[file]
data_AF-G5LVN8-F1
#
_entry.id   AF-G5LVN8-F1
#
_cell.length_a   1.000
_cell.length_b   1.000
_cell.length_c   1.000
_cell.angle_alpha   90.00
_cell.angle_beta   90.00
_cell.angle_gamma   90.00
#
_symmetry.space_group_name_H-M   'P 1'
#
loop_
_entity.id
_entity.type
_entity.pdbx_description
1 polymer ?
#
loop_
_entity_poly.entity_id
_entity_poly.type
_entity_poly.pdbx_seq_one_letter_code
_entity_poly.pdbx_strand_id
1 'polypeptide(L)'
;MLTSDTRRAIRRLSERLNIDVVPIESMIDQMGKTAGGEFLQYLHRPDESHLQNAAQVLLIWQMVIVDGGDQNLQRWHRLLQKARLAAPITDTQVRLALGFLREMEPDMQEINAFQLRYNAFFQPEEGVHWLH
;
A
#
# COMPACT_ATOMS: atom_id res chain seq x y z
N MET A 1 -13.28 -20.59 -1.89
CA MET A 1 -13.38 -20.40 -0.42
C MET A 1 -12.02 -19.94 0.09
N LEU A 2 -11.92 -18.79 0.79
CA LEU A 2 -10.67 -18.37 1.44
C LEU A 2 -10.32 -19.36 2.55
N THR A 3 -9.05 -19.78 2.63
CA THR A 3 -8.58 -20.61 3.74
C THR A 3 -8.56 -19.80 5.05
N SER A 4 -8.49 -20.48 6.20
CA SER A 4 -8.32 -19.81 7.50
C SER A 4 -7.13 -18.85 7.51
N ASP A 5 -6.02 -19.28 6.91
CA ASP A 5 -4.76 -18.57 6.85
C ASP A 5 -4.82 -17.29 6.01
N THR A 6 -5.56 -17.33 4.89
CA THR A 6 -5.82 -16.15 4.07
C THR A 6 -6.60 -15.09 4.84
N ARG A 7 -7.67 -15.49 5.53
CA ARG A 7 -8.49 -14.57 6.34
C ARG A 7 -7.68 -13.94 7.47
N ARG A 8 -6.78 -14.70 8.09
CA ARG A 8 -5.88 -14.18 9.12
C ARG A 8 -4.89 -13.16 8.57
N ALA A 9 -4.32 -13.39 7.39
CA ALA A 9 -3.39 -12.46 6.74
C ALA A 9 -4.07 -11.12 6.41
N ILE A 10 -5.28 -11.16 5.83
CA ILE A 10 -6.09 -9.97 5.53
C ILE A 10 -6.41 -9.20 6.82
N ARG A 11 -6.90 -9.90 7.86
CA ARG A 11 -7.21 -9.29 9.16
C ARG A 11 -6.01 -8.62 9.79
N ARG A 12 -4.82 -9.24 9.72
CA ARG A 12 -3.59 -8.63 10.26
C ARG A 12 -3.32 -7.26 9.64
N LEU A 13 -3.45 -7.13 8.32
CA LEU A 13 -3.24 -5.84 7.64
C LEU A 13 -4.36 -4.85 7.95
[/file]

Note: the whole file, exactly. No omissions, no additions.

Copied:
data_AF-G5LVN8-F1
#
_entry.id   AF-G5LVN8-F1
#
_cell.length_a   1.000
_cell.length_b   1.000
_cell.length_c   1.000
_cell.angle_alpha   90.00
_cell.angle_beta   90.00
_cell.angle_gamma   90.00
#
_symmetry.space_group_name_H-M   'P 1'
#
loop_
_entity.id
_entity.type
_entity.pdbx_description
1 polymer ?
#
loop_
_entity_poly.entity_id
_entity_poly.type
_entity_poly.pdbx_seq_one_letter_code
_entity_poly.pdbx_strand_id
1 'polypeptide(L)'
;MLTSDTRRAIRRLSERLNIDVVPIESMIDQMGKTAGGEFLQYLHRPDESHLQNAAQVLLIWQMVIVDGGDQNLQRWHRLLQKARLAAPITDTQVRLALGFLREMEPDMQEINAFQLRYNAFFQPEEGVHWLH
;
A
#
# COMPACT_ATOMS: atom_id res chain seq x y z
N MET A 1 -13.28 -20.59 -1.89
CA MET A 1 -13.38 -20.40 -0.42
C MET A 1 -12.02 -19.94 0.09
N LEU A 2 -11.92 -18.79 0.79
CA LEU A 2 -10.67 -18.37 1.44
C LEU A 2 -10.32 -19.36 2.55
N THR A 3 -9.05 -19.78 2.63
CA THR A 3 -8.58 -20.61 3.74
C THR A 3 -8.56 -19.80 5.05
N SER A 4 -8.49 -20.48 6.20
CA SER A 4 -8.32 -19.81 7.50
C SER A 4 -7.13 -18.85 7.51
N ASP A 5 -6.02 -19.28 6.91
CA ASP A 5 -4.76 -18.57 6.85
C ASP A 5 -4.82 -17.29 6.01
N THR A 6 -5.56 -17.33 4.89
CA THR A 6 -5.82 -16.15 4.07
C THR A 6 -6.60 -15.09 4.84
N ARG A 7 -7.67 -15.49 5.53
CA ARG A 7 -8.49 -14.57 6.34
C ARG A 7 -7.68 -13.94 7.47
N ARG A 8 -6.78 -14.70 8.09
CA ARG A 8 -5.88 -14.18 9.12
C ARG A 8 -4.89 -13.16 8.57
N ALA A 9 -4.32 -13.39 7.39
CA ALA A 9 -3.39 -12.46 6.74
C ALA A 9 -4.07 -11.12 6.41
N ILE A 10 -5.28 -11.16 5.83
CA ILE A 10 -6.09 -9.97 5.53
C ILE A 10 -6.41 -9.20 6.82
N ARG A 11 -6.90 -9.90 7.86
CA ARG A 11 -7.21 -9.29 9.16
C ARG A 11 -6.01 -8.62 9.79
N ARG A 12 -4.82 -9.24 9.72
CA ARG A 12 -3.59 -8.63 10.26
C ARG A 12 -3.32 -7.26 9.64
N LEU A 13 -3.45 -7.13 8.32
CA LEU A 13 -3.24 -5.84 7.64
C LEU A 13 -4.36 -4.85 7.95